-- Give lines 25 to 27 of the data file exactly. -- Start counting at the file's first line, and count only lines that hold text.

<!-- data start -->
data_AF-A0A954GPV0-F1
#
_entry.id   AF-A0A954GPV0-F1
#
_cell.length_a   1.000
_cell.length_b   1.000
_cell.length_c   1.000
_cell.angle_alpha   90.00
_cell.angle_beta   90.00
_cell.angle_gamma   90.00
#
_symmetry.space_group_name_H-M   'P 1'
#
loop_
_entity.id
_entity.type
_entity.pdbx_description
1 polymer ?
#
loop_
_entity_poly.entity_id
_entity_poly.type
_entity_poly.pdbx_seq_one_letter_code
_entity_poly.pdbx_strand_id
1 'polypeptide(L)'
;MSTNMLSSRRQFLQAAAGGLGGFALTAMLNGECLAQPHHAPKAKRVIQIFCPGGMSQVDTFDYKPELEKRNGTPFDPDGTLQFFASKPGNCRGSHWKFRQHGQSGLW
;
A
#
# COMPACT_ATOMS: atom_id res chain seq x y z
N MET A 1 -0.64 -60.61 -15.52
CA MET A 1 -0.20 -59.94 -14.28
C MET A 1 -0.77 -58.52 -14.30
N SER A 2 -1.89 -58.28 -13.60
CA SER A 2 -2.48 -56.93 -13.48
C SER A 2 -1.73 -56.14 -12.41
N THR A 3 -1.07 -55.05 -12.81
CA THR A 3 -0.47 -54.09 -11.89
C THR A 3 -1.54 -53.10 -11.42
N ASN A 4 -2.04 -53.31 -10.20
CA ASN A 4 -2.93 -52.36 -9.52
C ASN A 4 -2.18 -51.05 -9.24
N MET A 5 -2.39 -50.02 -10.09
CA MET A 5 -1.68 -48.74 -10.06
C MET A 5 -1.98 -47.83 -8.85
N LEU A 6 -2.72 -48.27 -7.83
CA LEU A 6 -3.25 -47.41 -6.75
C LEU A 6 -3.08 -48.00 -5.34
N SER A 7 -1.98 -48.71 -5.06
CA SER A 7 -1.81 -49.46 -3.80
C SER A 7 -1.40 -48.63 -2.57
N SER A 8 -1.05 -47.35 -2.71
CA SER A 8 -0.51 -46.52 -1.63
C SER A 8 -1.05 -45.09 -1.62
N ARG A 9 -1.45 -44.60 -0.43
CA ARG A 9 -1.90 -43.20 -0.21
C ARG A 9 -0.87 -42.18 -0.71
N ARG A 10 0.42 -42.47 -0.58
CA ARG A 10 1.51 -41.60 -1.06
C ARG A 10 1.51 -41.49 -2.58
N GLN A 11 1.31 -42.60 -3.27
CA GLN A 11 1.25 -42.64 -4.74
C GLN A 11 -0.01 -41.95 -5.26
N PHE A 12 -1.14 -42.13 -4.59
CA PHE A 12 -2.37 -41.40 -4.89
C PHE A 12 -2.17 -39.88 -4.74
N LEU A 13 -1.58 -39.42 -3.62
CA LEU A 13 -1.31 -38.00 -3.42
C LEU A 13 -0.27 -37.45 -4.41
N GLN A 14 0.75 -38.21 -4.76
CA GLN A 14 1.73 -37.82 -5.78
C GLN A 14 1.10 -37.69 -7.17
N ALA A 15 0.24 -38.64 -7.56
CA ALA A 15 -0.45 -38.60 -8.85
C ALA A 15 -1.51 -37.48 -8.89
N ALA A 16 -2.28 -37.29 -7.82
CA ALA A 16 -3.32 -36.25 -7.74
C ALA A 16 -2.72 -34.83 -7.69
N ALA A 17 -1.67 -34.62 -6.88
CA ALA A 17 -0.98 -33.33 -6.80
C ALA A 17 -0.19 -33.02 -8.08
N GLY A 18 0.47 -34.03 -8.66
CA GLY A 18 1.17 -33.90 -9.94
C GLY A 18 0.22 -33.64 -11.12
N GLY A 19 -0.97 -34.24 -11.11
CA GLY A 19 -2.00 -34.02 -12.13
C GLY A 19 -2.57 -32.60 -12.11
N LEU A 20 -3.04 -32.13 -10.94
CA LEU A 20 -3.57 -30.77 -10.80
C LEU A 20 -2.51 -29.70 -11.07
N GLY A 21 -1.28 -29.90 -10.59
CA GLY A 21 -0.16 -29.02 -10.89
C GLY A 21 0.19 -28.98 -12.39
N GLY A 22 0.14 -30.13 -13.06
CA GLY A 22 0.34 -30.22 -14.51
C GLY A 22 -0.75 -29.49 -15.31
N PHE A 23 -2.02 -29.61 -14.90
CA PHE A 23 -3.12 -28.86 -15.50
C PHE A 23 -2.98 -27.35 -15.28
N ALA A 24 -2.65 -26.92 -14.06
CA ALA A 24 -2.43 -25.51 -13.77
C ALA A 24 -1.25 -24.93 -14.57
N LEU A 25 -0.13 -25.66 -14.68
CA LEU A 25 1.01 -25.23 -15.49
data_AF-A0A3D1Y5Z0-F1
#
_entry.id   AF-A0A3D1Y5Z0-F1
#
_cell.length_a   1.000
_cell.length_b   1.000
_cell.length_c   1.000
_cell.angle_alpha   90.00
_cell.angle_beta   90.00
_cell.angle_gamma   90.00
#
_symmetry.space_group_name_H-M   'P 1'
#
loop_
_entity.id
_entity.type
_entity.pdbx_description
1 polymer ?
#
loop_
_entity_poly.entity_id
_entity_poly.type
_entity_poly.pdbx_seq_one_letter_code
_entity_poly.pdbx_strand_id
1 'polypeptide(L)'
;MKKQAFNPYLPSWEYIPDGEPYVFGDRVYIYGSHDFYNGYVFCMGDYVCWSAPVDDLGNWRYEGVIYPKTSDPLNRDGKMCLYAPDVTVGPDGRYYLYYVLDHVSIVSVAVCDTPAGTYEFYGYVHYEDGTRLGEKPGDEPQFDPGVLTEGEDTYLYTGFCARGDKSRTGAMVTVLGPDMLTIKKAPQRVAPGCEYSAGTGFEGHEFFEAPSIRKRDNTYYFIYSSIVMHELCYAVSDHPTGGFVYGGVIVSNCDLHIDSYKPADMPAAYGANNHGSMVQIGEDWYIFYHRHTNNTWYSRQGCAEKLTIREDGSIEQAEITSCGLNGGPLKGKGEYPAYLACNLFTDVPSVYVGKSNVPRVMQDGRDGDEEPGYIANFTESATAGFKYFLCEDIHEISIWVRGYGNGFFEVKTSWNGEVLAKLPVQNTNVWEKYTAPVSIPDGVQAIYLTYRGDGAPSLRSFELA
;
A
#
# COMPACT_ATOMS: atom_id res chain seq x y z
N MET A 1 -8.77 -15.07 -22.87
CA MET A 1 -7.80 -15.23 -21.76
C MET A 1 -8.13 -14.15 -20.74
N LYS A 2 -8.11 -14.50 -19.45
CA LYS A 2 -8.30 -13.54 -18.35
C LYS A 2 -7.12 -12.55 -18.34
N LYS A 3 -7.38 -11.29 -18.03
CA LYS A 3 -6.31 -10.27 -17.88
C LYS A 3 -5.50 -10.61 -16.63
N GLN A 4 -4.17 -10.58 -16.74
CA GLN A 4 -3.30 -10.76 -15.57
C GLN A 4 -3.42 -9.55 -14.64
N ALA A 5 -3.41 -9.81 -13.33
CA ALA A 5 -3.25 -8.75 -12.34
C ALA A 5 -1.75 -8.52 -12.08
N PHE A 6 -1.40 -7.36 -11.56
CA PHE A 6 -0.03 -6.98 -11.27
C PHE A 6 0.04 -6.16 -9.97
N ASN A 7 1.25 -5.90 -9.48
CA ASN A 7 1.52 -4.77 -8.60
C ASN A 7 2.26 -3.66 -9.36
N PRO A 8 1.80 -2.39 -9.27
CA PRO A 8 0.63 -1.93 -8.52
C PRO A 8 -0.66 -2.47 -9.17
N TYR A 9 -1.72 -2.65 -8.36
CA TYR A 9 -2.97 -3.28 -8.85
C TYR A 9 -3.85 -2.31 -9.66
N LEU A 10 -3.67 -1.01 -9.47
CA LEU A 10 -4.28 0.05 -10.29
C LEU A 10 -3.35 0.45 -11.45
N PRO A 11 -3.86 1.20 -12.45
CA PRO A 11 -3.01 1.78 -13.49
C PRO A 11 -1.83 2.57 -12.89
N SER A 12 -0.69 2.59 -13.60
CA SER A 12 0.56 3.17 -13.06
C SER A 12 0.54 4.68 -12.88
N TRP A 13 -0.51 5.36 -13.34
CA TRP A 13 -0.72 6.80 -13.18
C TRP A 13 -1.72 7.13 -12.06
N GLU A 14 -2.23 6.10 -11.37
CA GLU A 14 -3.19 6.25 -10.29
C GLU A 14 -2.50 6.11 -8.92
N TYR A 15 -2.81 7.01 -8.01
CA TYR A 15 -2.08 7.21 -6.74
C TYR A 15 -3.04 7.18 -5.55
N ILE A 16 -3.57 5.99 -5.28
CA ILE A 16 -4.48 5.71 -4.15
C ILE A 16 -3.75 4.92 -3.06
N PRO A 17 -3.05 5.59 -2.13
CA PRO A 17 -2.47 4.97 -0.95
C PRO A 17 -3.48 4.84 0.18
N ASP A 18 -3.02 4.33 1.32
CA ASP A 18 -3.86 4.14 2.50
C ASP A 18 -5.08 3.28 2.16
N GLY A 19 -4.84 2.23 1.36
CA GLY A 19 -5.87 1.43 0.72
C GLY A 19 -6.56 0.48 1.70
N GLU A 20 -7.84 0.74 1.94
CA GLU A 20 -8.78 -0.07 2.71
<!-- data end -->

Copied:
1 'polypeptide(L)'
;MSTNMLSSRRQFLQAAAGGLGGFALTAMLNGECLAQPHHAPKAKRVIQIFCPGGMSQVDTFDYKPELEKRNGTPFDPDGTLQFFASKPGNCRGSHWKFRQHGQSGLW
;